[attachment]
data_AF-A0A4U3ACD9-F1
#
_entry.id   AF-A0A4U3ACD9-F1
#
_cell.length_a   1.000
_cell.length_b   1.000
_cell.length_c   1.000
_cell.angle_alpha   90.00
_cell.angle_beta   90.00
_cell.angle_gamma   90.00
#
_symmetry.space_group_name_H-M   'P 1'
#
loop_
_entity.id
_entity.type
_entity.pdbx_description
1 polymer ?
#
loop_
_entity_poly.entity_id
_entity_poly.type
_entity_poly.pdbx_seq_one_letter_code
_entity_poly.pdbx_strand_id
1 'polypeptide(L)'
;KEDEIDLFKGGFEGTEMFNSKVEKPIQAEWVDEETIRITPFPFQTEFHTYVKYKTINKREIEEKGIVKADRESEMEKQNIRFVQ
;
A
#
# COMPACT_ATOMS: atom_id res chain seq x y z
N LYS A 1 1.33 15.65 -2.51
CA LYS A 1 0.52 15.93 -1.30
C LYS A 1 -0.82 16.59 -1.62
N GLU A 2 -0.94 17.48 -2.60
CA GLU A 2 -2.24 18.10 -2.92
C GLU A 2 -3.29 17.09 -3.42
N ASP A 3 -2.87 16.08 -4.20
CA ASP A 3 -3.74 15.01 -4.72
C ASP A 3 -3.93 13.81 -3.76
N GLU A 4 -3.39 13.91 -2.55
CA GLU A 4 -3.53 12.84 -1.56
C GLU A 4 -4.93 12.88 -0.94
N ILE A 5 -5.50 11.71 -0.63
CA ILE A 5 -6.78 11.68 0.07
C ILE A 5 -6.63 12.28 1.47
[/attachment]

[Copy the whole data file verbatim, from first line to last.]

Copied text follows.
data_AF-A0A4U3ACD9-F1
#
_entry.id   AF-A0A4U3ACD9-F1
#
_cell.length_a   1.000
_cell.length_b   1.000
_cell.length_c   1.000
_cell.angle_alpha   90.00
_cell.angle_beta   90.00
_cell.angle_gamma   90.00
#
_symmetry.space_group_name_H-M   'P 1'
#
loop_
_entity.id
_entity.type
_entity.pdbx_description
1 polymer ?
#
loop_
_entity_poly.entity_id
_entity_poly.type
_entity_poly.pdbx_seq_one_letter_code
_entity_poly.pdbx_strand_id
1 'polypeptide(L)'
;KEDEIDLFKGGFEGTEMFNSKVEKPIQAEWVDEETIRITPFPFQTEFHTYVKYKTINKREIEEKGIVKADRESEMEKQNIRFVQ
;
A
#
# COMPACT_ATOMS: atom_id res chain seq x y z
N LYS A 1 1.33 15.65 -2.51
CA LYS A 1 0.52 15.93 -1.30
C LYS A 1 -0.82 16.59 -1.62
N GLU A 2 -0.94 17.48 -2.60
CA GLU A 2 -2.24 18.10 -2.92
C GLU A 2 -3.29 17.09 -3.42
N ASP A 3 -2.87 16.08 -4.20
CA ASP A 3 -3.74 15.01 -4.72
C ASP A 3 -3.93 13.81 -3.76
N GLU A 4 -3.39 13.91 -2.55
CA GLU A 4 -3.53 12.84 -1.56
C GLU A 4 -4.93 12.88 -0.94
N ILE A 5 -5.50 11.71 -0.63
CA ILE A 5 -6.78 11.68 0.07
C ILE A 5 -6.63 12.28 1.47